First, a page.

Another factor to consider is the annual rebalancing of the Russell indexes this time of year. We always see a spike in program trading in June when these indexes are rebalanced, so that was certainly part of the reason.

    Bottom line, I’m not reading anything into the spike.”

    Most of these guys are pros and insiders to boot, so I would take this to be accurate info.

  8. B commented on Jun 12

    I’m not sure where this guy got his information on double counts but I believe he is erroneous. First off the Program Trading data come directly from the NYSE.
    You want to see the culprits, go to the NYSE web site.

    I guess they should have an asterik that states it isn’t true? Without going into alot of detail I believe his conclusions are inaccurate. The program count rule was changed by the SEC in 2001 and the Naz is more prone to double counts. In any event it has never been the case that NYSE program trading was all attributed to double counts. There were situations where it could arise. And, again, those situations were largely remedied in 2001.

    Plus, program trading has been on the rise for some time so I’m not convinced it has anything to do with the obvious and not to do with rebalanacing anything.

    He may not see any significance in that data but I do. As an example, is it simply a coincidence that every single international market is tanking at the same time? Everyone in the world decide to sell? Uh, more like prgram trading like we saw in 1987 but on a global scale. Program trading basically dumps the entire market as its definition is selling a basket of more than 15 stocks, equities, ETFs, whatever. Do you see selective selling here or internationally?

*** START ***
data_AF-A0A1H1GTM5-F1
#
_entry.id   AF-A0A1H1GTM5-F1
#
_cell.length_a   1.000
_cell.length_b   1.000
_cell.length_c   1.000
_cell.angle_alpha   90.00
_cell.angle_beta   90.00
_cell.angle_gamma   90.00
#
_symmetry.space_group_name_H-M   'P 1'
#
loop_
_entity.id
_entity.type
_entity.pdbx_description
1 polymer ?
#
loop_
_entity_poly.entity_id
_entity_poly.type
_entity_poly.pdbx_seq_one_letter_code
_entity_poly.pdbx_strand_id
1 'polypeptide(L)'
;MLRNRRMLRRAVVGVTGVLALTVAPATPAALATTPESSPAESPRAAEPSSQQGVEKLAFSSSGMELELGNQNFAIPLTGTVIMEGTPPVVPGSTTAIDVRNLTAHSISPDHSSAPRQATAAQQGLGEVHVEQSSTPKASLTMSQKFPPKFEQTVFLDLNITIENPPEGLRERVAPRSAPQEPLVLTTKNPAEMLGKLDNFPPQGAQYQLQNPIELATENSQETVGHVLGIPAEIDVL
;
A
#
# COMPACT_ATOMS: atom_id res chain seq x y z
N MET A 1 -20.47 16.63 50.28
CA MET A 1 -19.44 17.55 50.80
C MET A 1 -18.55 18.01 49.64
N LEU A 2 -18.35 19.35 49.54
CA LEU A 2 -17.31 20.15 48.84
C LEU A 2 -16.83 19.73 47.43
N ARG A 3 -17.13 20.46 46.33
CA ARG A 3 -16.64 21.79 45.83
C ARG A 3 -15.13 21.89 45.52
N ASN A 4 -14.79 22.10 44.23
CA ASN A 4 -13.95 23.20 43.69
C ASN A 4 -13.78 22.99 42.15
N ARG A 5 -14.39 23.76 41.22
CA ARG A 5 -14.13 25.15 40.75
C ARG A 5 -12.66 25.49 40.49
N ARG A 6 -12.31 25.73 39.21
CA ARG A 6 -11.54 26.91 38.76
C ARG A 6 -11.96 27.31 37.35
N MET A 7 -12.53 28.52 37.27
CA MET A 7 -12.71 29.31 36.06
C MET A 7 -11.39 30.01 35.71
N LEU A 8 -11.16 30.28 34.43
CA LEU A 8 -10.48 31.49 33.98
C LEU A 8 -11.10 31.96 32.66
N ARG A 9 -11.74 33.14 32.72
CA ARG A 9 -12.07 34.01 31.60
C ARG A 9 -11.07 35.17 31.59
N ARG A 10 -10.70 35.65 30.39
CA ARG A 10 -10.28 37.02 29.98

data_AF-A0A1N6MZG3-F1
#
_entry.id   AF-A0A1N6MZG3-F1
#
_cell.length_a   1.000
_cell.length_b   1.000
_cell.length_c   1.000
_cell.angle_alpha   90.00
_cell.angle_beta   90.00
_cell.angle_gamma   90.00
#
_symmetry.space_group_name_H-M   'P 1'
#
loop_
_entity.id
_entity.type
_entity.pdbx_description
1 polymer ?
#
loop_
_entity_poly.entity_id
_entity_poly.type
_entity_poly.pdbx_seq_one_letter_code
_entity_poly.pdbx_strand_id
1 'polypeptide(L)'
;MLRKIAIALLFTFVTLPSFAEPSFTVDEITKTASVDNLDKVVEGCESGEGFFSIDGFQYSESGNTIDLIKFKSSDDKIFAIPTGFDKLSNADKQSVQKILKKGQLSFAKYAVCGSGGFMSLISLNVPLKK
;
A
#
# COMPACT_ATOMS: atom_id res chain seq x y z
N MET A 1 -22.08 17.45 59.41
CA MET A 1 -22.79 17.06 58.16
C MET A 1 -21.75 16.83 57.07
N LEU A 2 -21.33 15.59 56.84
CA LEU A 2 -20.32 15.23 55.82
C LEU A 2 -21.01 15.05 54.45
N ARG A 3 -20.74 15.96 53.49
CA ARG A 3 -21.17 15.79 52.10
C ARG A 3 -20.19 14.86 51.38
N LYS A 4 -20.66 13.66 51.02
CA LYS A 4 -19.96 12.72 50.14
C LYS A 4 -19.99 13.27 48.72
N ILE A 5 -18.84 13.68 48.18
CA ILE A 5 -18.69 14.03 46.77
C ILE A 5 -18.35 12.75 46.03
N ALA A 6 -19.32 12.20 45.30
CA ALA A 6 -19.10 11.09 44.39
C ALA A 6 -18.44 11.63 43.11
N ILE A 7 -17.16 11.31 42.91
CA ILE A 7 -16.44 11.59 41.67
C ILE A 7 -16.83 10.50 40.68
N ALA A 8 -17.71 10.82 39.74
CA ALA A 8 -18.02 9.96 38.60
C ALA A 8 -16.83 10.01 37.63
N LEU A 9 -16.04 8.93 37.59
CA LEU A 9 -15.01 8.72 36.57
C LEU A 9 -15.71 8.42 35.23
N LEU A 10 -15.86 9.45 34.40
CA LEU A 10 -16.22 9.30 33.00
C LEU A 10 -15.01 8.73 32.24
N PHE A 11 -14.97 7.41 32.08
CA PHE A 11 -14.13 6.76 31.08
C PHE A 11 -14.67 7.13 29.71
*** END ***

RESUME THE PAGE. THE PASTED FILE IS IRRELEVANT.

I could be totally wrong but I don’t believe for any reasons I see here. IMO.

  9. muckdog commented on Jun 12

    Way to work The Kinks reference in there, BR.

    I’m waiting for Uncle Ben to say “Psyche! Just kidding about that ‘not having inflation contained’ thing!” But those chatterboxes at the Federal Reserve are yappin’ more than 13-yr old girls with unlimited cell phone minutes.

  10. whipsaw commented on Jun 12


    Thanks for sharing your thoughts. My own explanation for everything tanking at once is hedge fund correlation and/or a grand conspiracy among the CBers to torpedo their own markets to get them down to more reasonable valuations, but others may have other, less entertaining ideas.

    None of that is necessarily dependent on program trading, just a lot of scared people running for the door for their own reasons.

  11. C commented on Jun 12

    Bottom line: fear is in control. Fundamentals don’t matter.

    Right now I’m inclined to agree with Mr Gecko. Greed is good. Or at least, it’s preferable to fear.

  12. toddZ commented on Jun 12

    BTW- heavy SPY Put buying makes a lot of sense with the PPI/CPI numbers coming out tomorrow and Wednesday.

    I still don’t think the sell-off has much to do with inflation anyway. The yen carry trade/BOJ liquidity mopping is where we should be looking.

  13. whipsaw commented on Jun 12

    I think that I posted something here about Asian stock tsunamis a week or so ago. From the looks of things at the moment, most of the Asian markets are falling again by 1% or more which I would not think was good for Euro and US markets in the morning.

    But my prediction is that while US markets will drop the first half of the week, they will bounce right back Thursday or Friday, probably because of some meaningless News! that will only take care of oversold conditions until Monday.